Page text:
Hall of Fame inductees are the pioneers, explorers and artists in America's river history. They were movers and shakers from the days gone by and the recent past. These men and women made significant contributions related to America’s rivers, which is why we honor them.
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Inducted in 1989
John W. Cannon was owner and captain of the Rob’t E. Lee which beat the Natchez from New Orleans to St. Louis in 1870 in the most famous steamboat race of all time. Cannon was born in Kentucky and learned piloting on the Ouachita River. He narrowly escaped death when his first steamboat, the Louisiana, blew up spectacularly killing 86 people at New Orleans in 1849. He was ambitious but a quiet man, and determined to out-class all competition with his fleet of elegant steamboats on the lower Mississippi.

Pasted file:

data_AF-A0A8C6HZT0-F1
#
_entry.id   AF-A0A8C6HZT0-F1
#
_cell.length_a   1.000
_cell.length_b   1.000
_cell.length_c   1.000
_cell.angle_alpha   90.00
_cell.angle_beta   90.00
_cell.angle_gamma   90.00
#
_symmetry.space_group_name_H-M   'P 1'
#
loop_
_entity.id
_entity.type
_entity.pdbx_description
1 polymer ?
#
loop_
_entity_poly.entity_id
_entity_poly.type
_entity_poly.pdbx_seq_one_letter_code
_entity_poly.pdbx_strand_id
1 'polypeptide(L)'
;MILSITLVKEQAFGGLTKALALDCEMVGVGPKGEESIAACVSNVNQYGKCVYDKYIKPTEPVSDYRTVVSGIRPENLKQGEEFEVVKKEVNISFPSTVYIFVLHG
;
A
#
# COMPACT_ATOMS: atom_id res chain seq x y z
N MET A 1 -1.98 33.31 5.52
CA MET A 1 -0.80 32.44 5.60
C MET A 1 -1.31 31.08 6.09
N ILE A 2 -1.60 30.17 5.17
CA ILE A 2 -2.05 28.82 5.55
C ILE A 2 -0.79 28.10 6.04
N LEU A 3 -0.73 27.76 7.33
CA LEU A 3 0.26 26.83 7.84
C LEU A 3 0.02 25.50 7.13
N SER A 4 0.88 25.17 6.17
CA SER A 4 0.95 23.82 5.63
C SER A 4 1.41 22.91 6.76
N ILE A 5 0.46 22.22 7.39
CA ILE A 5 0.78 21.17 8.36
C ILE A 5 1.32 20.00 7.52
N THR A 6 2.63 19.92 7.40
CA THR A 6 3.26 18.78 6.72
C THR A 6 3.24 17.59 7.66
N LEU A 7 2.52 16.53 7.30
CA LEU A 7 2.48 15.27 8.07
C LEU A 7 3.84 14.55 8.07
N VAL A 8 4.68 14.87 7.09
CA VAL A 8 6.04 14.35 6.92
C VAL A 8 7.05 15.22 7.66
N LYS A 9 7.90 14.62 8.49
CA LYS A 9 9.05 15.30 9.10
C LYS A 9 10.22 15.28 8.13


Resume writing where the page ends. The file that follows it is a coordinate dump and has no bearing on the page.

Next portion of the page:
Following the Civil War, Cannon built a packet for the lower river cotton trade, shrewdly naming her the Rob’t E. Lee. Irate Yankees forced the removal of the boat from Indiana to Kentucky when they spied the lettering being applied.
Other Cannon boats included the John W. Cannon and the J. M. White (Ill).